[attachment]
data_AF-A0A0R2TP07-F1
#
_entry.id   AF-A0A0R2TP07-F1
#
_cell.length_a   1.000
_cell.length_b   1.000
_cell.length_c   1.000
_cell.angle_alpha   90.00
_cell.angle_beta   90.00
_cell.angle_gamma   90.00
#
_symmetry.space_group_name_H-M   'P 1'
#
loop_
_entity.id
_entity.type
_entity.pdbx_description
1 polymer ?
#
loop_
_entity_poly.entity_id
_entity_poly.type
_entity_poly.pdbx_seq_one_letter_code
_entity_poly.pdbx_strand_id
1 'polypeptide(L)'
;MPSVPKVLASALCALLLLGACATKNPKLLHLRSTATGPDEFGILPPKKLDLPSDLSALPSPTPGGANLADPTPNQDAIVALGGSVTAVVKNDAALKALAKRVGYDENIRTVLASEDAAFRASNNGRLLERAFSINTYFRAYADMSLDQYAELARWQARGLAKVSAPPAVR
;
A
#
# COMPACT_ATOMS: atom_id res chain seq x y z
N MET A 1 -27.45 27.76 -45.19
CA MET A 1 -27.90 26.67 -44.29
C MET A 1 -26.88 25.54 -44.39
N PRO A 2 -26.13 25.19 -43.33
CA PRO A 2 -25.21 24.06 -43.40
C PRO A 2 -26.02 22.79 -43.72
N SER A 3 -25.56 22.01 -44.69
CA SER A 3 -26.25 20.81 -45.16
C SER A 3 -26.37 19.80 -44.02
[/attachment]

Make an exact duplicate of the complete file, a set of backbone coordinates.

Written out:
data_AF-A0A0R2TP07-F1
#
_entry.id   AF-A0A0R2TP07-F1
#
_cell.length_a   1.000
_cell.length_b   1.000
_cell.length_c   1.000
_cell.angle_alpha   90.00
_cell.angle_beta   90.00
_cell.angle_gamma   90.00
#
_symmetry.space_group_name_H-M   'P 1'
#
loop_
_entity.id
_entity.type
_entity.pdbx_description
1 polymer ?
#
loop_
_entity_poly.entity_id
_entity_poly.type
_entity_poly.pdbx_seq_one_letter_code
_entity_poly.pdbx_strand_id
1 'polypeptide(L)'
;MPSVPKVLASALCALLLLGACATKNPKLLHLRSTATGPDEFGILPPKKLDLPSDLSALPSPTPGGANLADPTPNQDAIVALGGSVTAVVKNDAALKALAKRVGYDENIRTVLASEDAAFRASNNGRLLERAFSINTYFRAYADMSLDQYAELARWQARGLAKVSAPPAVR
;
A
#
# COMPACT_ATOMS: atom_id res chain seq x y z
N MET A 1 -27.45 27.76 -45.19
CA MET A 1 -27.90 26.67 -44.29
C MET A 1 -26.88 25.54 -44.39
N PRO A 2 -26.13 25.19 -43.33
CA PRO A 2 -25.21 24.06 -43.40
C PRO A 2 -26.02 22.79 -43.72
N SER A 3 -25.56 22.01 -44.69
CA SER A 3 -26.25 20.81 -45.16
C SER A 3 -26.37 19.80 -44.02